The EZ-Link card is a contactless smartcard based on Sony's FeliCa smartcard technology, used for payments in Singapore especially for transportation in Singapore . Established in 2001, it was promoted as a means for faster travel due to speedier boarding times on buses. EZ-Link cards are sold, distributed and managed by EZ-Link Private Limited, a subsidiary of Singapore's Land Transport Authority. As of 2007, there are over 10 million [ [http://www.cardtechnology.com/article.html?id=200709051WTYG8J1 Telcos In Singapore Announce NFC Trials] ] EZ-Link cards in circulation, with 4 million card-based transactions occurring daily.


The Land Transport Authority (LTA) introduced its pilot testing of the card to 100,000 volunteers on 26 February 2000. Initially for commuters who made at least five trips on MRT/LRT per week, the card was branded as the "Super Rider". As an incentive, volunteers were given 10% rebate off their regular fare during the one month period. [cite news | title = 100,000 commuters needed for smart card test | author = Karamjit Kaur | publisher = The Straits Times | date = 2000-01-25 | pages = 33]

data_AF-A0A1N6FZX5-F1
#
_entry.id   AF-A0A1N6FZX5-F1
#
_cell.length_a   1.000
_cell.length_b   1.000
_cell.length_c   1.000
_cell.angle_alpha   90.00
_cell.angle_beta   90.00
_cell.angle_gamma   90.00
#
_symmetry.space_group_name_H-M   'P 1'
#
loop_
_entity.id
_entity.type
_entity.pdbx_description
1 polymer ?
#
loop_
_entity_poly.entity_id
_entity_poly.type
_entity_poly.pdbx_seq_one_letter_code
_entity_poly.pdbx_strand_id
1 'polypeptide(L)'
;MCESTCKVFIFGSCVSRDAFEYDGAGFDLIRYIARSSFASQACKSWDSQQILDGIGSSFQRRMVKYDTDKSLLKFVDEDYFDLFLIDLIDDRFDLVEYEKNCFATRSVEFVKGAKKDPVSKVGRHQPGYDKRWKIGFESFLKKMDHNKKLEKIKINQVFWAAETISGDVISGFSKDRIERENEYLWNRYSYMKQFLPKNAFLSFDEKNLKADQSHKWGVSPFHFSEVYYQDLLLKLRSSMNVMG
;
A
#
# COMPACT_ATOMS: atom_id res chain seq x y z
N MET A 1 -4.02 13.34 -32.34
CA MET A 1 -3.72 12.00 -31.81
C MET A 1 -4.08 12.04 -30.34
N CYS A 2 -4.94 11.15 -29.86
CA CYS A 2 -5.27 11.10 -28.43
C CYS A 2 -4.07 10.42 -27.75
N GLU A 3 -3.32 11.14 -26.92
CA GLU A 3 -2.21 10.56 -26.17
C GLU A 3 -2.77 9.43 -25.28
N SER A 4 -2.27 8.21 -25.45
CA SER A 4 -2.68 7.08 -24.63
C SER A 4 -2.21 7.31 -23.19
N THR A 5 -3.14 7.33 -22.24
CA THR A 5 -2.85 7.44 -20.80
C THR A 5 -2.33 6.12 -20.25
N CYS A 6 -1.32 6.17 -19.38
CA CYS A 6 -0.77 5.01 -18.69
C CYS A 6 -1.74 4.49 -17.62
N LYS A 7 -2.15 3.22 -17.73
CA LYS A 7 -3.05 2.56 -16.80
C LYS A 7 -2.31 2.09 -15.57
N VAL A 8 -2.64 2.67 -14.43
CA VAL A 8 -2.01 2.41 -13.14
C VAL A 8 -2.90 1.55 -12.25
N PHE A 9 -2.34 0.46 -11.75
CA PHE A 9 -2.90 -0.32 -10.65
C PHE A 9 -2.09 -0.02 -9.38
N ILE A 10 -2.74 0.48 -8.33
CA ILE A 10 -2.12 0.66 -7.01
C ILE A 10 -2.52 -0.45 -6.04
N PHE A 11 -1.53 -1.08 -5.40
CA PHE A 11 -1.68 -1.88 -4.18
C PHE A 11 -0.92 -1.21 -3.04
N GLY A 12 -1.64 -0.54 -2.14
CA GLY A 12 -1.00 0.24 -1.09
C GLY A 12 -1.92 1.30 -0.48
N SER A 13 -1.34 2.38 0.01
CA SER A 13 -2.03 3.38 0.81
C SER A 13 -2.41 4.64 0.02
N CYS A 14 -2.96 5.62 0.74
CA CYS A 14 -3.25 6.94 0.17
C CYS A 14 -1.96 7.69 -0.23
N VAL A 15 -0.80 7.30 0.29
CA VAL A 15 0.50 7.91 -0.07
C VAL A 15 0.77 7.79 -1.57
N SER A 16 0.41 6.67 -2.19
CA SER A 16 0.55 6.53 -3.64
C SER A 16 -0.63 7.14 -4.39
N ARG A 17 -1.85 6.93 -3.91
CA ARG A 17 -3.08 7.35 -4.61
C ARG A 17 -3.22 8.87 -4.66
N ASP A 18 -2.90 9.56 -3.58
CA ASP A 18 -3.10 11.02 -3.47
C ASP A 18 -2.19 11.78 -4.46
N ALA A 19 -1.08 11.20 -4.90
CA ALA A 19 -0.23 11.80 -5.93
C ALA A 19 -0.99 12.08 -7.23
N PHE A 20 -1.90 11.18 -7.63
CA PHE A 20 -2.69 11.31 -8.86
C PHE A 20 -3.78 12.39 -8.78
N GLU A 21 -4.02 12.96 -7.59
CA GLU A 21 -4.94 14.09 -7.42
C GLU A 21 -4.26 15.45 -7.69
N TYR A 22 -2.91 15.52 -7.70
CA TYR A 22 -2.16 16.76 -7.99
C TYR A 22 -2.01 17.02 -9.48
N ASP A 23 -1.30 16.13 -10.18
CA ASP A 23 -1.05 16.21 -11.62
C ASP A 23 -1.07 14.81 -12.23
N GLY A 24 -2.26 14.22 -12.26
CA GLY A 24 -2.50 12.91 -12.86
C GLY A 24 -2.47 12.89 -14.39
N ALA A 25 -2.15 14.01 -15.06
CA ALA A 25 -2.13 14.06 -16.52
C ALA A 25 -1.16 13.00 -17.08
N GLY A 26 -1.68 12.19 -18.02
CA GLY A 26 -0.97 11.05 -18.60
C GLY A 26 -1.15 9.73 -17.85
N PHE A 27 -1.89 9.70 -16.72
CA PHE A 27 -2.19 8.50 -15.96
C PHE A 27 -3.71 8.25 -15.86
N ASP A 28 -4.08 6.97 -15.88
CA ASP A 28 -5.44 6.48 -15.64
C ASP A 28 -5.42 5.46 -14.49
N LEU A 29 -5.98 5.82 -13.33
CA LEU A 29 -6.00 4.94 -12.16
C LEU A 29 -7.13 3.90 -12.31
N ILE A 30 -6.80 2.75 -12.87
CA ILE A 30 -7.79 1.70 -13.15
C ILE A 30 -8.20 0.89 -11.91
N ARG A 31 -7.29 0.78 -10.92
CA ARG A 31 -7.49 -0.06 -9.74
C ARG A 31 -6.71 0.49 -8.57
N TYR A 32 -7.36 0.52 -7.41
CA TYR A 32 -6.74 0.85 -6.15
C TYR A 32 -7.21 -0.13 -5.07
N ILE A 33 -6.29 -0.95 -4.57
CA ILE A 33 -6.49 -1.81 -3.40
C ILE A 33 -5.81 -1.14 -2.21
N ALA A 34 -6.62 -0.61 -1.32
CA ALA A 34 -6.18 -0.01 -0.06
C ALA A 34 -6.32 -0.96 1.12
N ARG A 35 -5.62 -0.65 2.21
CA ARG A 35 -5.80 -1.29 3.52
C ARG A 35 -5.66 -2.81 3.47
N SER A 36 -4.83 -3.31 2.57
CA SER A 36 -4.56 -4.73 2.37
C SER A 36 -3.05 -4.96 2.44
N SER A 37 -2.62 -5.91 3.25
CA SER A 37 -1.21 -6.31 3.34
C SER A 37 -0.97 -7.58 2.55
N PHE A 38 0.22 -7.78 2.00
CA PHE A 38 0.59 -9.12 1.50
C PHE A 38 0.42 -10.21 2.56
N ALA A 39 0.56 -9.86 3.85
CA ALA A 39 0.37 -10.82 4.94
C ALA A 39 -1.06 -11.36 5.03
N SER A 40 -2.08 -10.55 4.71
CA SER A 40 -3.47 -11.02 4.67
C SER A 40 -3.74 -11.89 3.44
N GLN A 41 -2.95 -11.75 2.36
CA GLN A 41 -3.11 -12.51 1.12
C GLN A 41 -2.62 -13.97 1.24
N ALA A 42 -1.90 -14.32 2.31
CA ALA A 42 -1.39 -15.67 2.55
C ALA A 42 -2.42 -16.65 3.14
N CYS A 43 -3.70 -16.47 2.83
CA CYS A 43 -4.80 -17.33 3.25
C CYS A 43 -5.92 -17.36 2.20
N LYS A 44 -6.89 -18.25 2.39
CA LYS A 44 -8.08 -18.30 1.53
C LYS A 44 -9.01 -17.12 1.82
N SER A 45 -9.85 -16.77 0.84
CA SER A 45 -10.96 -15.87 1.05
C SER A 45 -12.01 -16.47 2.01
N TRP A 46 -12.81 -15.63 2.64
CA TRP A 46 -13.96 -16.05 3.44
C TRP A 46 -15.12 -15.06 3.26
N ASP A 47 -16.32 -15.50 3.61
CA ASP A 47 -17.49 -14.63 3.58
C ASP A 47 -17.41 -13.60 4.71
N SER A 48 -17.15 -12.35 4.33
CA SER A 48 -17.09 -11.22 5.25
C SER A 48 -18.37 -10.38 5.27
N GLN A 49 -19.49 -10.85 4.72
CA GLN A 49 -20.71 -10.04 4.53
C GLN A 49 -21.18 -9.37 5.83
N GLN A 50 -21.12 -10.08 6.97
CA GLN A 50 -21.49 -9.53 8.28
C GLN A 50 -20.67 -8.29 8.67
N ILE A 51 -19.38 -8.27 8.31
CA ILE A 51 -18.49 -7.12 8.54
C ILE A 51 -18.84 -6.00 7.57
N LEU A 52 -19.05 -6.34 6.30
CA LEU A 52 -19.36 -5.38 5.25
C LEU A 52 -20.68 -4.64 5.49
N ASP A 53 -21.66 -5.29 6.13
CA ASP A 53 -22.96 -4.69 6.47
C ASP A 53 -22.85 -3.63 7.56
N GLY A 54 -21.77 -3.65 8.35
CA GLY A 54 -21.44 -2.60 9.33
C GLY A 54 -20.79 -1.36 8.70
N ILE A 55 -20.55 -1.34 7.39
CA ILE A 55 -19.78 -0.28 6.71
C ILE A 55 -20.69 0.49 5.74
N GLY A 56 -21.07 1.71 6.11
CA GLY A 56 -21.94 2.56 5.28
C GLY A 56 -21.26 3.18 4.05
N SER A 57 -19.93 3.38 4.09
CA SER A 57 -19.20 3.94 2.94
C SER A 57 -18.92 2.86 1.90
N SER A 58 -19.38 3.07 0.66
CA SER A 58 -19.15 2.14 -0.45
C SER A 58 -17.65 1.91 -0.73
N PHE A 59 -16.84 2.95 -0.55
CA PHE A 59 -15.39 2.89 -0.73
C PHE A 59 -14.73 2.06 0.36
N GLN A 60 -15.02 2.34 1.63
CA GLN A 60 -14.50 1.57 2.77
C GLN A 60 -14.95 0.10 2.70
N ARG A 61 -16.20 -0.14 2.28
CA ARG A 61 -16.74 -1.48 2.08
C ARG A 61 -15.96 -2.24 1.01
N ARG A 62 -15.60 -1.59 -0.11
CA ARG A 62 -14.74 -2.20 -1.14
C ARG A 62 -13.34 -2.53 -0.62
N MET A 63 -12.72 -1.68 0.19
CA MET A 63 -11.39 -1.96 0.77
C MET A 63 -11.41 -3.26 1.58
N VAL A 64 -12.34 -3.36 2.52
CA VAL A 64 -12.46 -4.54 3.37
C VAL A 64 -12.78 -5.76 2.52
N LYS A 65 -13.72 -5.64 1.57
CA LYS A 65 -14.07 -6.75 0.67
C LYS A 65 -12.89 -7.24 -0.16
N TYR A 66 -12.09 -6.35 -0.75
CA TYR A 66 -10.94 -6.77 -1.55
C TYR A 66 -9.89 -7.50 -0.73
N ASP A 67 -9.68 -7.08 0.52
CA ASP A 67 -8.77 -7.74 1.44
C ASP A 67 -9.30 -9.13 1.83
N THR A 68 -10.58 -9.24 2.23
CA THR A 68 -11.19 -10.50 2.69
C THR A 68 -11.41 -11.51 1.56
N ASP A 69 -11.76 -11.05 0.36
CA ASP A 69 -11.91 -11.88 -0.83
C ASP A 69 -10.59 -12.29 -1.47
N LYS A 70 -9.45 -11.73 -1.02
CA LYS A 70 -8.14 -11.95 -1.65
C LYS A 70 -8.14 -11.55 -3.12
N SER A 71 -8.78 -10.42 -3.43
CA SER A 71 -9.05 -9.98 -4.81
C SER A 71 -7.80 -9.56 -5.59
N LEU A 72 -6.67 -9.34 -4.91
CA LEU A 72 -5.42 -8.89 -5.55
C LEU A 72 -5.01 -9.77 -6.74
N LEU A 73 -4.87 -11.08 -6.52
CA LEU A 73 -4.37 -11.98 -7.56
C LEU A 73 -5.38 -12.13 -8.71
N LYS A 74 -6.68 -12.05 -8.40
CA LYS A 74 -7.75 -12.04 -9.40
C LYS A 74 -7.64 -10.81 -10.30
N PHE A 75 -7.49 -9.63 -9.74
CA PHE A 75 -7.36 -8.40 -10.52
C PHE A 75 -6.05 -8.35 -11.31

Two further tests were made, with the scheme extending to frequent bus users on selected routes, on an invitation basis. [cite press release | url = http://www.smrt.com.sg/news/2000/09_08.html | title = Bus pilot test for the Contactless Smart Card | publisher = SMRT Corporation | year = 2000] The S$134.6 million contract was awarded to the ERG Motorola Alliance to supply 5 million card and readers.

Uses of the card

The card is commonly used in Singapore as a smartcard for paying transportation fees in the city-state's Mass Rapid Transit (MRT), Light Rapid Transit (LRT) and public bus services. The card also serves as a supplementary identification and concession card for students in nationally recognised educational institutes, full-time national service personnel serving in the Singapore Armed Forces, Singapore Civil Defence Force and Singapore Police Force or senior citizens who are over sixty years old.

The system has since been expanded, with EZ-Link cards being used for payments in Singapore branches of McDonald's, food centres, supermarkets and libraries, and even soft drink purchases from vending machines. Some schools in Singapore have also started to adopt the EZ-Link card as a way to mark the attendance of students and to pay for food served within the school campus.

A similar system is used by the Octopus card in Hong Kong.